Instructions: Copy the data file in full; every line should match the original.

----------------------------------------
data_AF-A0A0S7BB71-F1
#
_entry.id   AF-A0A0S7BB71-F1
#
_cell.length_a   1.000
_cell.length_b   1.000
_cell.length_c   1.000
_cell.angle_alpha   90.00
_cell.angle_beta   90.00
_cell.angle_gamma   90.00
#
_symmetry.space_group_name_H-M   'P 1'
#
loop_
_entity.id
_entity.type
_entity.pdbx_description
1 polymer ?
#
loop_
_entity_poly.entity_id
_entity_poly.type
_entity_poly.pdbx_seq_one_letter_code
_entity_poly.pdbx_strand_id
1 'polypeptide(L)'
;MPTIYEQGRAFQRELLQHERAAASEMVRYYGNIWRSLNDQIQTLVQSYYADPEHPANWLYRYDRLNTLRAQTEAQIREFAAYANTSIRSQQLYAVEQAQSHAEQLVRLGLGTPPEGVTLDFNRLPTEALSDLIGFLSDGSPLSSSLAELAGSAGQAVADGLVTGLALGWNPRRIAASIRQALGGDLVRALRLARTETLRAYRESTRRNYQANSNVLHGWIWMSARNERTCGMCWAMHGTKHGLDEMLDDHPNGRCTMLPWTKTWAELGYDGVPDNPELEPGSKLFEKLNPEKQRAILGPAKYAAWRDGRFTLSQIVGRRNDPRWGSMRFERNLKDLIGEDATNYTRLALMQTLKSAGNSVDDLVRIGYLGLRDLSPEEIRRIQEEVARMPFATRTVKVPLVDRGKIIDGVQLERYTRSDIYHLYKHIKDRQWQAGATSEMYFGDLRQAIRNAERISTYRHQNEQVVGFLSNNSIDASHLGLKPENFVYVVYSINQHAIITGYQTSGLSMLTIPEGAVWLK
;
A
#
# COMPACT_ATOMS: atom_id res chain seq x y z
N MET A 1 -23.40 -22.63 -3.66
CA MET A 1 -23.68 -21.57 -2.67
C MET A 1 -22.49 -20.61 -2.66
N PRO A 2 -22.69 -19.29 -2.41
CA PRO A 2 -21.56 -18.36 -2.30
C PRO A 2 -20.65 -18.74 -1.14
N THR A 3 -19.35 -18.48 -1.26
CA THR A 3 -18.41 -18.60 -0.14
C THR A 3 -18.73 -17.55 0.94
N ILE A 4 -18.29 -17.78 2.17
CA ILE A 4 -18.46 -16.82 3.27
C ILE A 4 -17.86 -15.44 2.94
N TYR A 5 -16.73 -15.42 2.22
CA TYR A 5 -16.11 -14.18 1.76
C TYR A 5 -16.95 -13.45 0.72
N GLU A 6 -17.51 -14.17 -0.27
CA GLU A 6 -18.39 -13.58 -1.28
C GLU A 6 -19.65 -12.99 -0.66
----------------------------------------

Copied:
data_AF-A0A0S7BB71-F1
#
_entry.id   AF-A0A0S7BB71-F1
#
_cell.length_a   1.000
_cell.length_b   1.000
_cell.length_c   1.000
_cell.angle_alpha   90.00
_cell.angle_beta   90.00
_cell.angle_gamma   90.00
#
_symmetry.space_group_name_H-M   'P 1'
#
loop_
_entity.id
_entity.type
_entity.pdbx_description
1 polymer ?
#
loop_
_entity_poly.entity_id
_entity_poly.type
_entity_poly.pdbx_seq_one_letter_code
_entity_poly.pdbx_strand_id
1 'polypeptide(L)'
;MPTIYEQGRAFQRELLQHERAAASEMVRYYGNIWRSLNDQIQTLVQSYYADPEHPANWLYRYDRLNTLRAQTEAQIREFAAYANTSIRSQQLYAVEQAQSHAEQLVRLGLGTPPEGVTLDFNRLPTEALSDLIGFLSDGSPLSSSLAELAGSAGQAVADGLVTGLALGWNPRRIAASIRQALGGDLVRALRLARTETLRAYRESTRRNYQANSNVLHGWIWMSARNERTCGMCWAMHGTKHGLDEMLDDHPNGRCTMLPWTKTWAELGYDGVPDNPELEPGSKLFEKLNPEKQRAILGPAKYAAWRDGRFTLSQIVGRRNDPRWGSMRFERNLKDLIGEDATNYTRLALMQTLKSAGNSVDDLVRIGYLGLRDLSPEEIRRIQEEVARMPFATRTVKVPLVDRGKIIDGVQLERYTRSDIYHLYKHIKDRQWQAGATSEMYFGDLRQAIRNAERISTYRHQNEQVVGFLSNNSIDASHLGLKPENFVYVVYSINQHAIITGYQTSGLSMLTIPEGAVWLK
;
A
#
# COMPACT_ATOMS: atom_id res chain seq x y z
N MET A 1 -23.40 -22.63 -3.66
CA MET A 1 -23.68 -21.57 -2.67
C MET A 1 -22.49 -20.61 -2.66
N PRO A 2 -22.69 -19.29 -2.41
CA PRO A 2 -21.56 -18.36 -2.30
C PRO A 2 -20.65 -18.74 -1.14
N THR A 3 -19.35 -18.48 -1.26
CA THR A 3 -18.41 -18.60 -0.14
C THR A 3 -18.73 -17.55 0.94
N ILE A 4 -18.29 -17.78 2.17
CA ILE A 4 -18.46 -16.82 3.27
C ILE A 4 -17.86 -15.44 2.94
N TYR A 5 -16.73 -15.42 2.22
CA TYR A 5 -16.11 -14.18 1.76
C TYR A 5 -16.95 -13.45 0.72
N GLU A 6 -17.51 -14.17 -0.27
CA GLU A 6 -18.39 -13.58 -1.28
C GLU A 6 -19.65 -12.99 -0.66